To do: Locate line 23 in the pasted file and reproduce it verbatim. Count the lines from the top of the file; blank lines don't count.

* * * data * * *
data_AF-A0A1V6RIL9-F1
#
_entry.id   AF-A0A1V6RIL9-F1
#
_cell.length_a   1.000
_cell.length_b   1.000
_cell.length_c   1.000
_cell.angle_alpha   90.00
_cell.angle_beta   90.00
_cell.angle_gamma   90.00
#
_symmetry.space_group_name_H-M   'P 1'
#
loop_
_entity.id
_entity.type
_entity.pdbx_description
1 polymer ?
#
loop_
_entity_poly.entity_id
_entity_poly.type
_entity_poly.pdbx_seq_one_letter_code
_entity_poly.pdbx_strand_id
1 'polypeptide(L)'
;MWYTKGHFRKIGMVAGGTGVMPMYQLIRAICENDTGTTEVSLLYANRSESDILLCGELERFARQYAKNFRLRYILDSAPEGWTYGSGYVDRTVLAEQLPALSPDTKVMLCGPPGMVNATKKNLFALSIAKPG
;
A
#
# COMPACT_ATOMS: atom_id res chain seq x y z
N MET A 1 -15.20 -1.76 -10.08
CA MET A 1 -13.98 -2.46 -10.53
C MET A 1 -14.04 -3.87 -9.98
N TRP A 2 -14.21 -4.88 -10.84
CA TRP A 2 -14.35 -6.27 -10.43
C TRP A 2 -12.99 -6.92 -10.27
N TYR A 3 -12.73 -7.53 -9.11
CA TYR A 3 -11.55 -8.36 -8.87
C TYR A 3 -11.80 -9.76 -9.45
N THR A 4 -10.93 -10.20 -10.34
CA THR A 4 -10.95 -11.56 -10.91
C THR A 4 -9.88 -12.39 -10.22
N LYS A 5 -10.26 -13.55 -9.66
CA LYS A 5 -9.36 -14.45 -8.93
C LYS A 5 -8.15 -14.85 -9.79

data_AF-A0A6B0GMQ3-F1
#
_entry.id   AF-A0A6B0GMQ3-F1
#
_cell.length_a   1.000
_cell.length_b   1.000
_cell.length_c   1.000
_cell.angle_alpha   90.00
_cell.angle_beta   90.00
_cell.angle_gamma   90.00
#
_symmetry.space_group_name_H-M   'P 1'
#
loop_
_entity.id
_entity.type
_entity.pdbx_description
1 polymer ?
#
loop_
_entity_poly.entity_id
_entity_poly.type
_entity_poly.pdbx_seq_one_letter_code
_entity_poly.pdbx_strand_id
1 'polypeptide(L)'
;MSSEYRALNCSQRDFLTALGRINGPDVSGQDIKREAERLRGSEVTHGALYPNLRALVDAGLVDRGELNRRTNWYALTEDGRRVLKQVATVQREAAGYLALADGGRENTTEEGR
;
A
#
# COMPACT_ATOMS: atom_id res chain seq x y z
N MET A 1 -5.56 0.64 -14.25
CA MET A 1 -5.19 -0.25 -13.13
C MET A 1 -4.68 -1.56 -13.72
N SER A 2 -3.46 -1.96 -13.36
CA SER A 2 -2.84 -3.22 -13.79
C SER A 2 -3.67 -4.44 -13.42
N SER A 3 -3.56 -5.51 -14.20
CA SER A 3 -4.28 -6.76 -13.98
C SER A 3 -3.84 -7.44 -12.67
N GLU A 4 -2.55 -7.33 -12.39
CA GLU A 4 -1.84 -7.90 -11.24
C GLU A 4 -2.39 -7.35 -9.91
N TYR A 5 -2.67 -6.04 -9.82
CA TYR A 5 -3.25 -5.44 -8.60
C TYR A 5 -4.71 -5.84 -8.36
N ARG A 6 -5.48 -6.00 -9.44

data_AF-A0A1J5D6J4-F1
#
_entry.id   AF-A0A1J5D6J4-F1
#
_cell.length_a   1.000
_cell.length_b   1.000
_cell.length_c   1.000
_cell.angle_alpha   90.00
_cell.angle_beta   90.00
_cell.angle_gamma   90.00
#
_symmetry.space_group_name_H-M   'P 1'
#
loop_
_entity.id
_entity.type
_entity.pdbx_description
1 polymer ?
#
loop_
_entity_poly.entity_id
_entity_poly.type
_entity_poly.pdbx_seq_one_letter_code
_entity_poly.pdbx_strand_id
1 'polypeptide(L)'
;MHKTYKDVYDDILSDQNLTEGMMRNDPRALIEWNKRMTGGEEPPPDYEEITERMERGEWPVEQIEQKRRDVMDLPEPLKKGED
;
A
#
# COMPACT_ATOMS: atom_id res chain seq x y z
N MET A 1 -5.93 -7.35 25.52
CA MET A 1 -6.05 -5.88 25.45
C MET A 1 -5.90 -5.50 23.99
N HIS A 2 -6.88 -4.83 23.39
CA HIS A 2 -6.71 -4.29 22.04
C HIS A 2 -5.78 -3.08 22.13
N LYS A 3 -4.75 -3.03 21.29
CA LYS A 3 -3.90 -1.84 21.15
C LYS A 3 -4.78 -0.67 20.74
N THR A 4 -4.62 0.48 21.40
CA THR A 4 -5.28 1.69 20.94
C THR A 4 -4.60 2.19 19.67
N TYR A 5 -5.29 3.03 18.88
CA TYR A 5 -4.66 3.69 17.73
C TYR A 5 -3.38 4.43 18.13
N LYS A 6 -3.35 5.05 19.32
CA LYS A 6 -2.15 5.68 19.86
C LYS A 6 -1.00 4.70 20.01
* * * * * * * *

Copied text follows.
_entity_poly.pdbx_seq_one_letter_code